8 eco ‘must haves’ for your travel bag

Guest blogger Erin Steiner gives us her checklist of eco-friendly travel bag essentials

1. Water Bottle with Filter

Carry a reusable water bottle that has a filter in it. You won’t be able to fill it up until after you get through security, but that’s okay—pack it empty. This bottle keeps you from having to buy a bottle of water while you wait for your flight. It also makes it easy for you to get (free) drinkable water pretty much anywhere you go, saving you money and keeping quite a few beverage containers out of landfills. (One of our personal favourites is the Bobble, but even with a filter, please be aware that tap water may not be safe to drink in the country you’re travelling in – Editor)

2. Travel Blanket and Pillow

Make sure these are constructed from organic materials like bamboo. They’ll keep you warm on your flight, and you won’t have to worry about using a pillow that hundreds of other people have coughed on!

Make use of solar power as you travel
Make use of solar power as you travel

3. Solar Charger

Solar chargers are smaller now and incredibly useful while travelling, especially internationally. With a solar charger, you don’t have to worry about whether or not your chargers will fit into the outlets wherever you are, and you can use it even if you don’t have access to A/C power. (Nigel’s Eco Store sells a good range of solar chargers for travel -Ed)

4. Snacks

Airplane food is notoriously expensive and sometimes just bad. You can make your own snack packs at home for a fraction of the price and can even use herbs and salads you’ve grown yourself. Save the plastic bags to use for snack packs to make before you fly home (and to keep them out of landfills).

5. Water Alarm Clock

You want to have a reliable alarm clock with you. Sure, there’s an alarm on your phone, but what if you don’t hear it or if your phone dies? The water alarm clock is exactly what it sounds like: an alarm clock that runs on water. One fill keeps the clock running for six months (which is way better for the environment than a clock that requires batteries), but make sure it’s empty before you go through security!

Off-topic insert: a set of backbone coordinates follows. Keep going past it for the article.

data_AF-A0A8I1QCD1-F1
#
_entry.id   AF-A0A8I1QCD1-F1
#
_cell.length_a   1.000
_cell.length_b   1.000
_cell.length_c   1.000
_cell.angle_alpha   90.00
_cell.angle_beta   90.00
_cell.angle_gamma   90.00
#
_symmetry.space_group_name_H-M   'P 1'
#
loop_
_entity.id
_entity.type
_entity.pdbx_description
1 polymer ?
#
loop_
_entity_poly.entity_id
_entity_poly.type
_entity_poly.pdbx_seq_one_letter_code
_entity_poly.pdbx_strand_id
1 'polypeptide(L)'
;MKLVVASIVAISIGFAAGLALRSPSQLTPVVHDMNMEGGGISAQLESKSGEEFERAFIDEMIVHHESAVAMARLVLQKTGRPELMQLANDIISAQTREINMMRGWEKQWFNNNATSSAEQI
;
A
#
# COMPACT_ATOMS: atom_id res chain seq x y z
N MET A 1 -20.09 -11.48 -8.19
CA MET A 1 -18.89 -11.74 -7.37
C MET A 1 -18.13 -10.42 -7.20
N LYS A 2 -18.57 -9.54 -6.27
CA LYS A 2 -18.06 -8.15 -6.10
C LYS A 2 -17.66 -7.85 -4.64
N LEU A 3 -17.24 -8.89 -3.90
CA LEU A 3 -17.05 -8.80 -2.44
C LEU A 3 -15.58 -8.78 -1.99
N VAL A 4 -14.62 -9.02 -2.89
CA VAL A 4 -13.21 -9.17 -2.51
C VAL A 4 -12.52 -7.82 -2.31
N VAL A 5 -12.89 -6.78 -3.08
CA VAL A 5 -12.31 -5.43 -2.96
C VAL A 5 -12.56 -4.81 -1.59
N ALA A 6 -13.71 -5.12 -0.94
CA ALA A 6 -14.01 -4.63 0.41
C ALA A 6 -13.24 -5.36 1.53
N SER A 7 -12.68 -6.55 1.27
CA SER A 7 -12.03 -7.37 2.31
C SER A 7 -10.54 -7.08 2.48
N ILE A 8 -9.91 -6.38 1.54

6. Sanitising Wipes

Germs are bad. You don’t want to get sick on your trip (or as soon as you get back)! Look for wipes created by green companies like Seventh Generation.

7. Change of Clothes

A company called Revolution Apparel makes clothing that is travel-ready and has almost no carbon footprint (organic and sustainable materials, fair labour manufacturing). Just a few items can be combined and turned into a bunch of different looks. This way, even if the rest of your luggage gets lost, you’ll have enough variety in your hand luggage to last for your entire vacation. If you’ve got room you may want to also take some compression socks, a sleep aid… but when space is limited, though, stick with what you absolutely need. Remember, you still need to be able to carry the bag you’re packing.

8. Eco-Friendly Personal Care Products

Tom’s toothpaste (travel-sized of course) and Dr. Bronner’s Magic Soaps (the kind of bars that double as body soap and shampoo) are a must-have in any travel bag. This will keep you from having to buy the products when you get there and can give you a quick “freshen up” in the airport (or even plane) bathroom. They’re environmentally friendly, so you won’t have to worry about using products provided by hotels or hosts who aren’t as green as you are.

About the author: Erin Steiner is a freelance writer and blogger from Portland, Oregon, who writes about a variety of topics including business, being environmentally-friendly, and the price of gold and silver.


Costa Rica: Volunteering in the ‘Happiest place on Earth’

Jenny Collins, of NGO Frontier, gives us the lowdown on volunteering in Costa Rica – once voted the ‘happiest place in the world’!

Costa Rica’s stunning landscapes of cloud forests and volcanoes, plus the friendly Costa Ricans themselves, offers a big clue as to why this country was once voted the happiest country in the world on the Happy Planet Index. But if you’d rather give something back to the country as you explore it then there are plenty of opportunities to volunteer. Costa Rica sits just above the equator in Central America and benefits from a tropical climate which plays a part in encouraging the high levels of biodiversity in the country, and this is where helpful travellers come in…

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The Costa Rica Big Cats, Primates & Turtles Conservation project allows volunteers to monitor these important species in their own environment. Volunteers live in the middle of the rainforest in the Corcovado National Park (one of the most remote parts of the country) so really get the opportunity to be at one with the wildlife.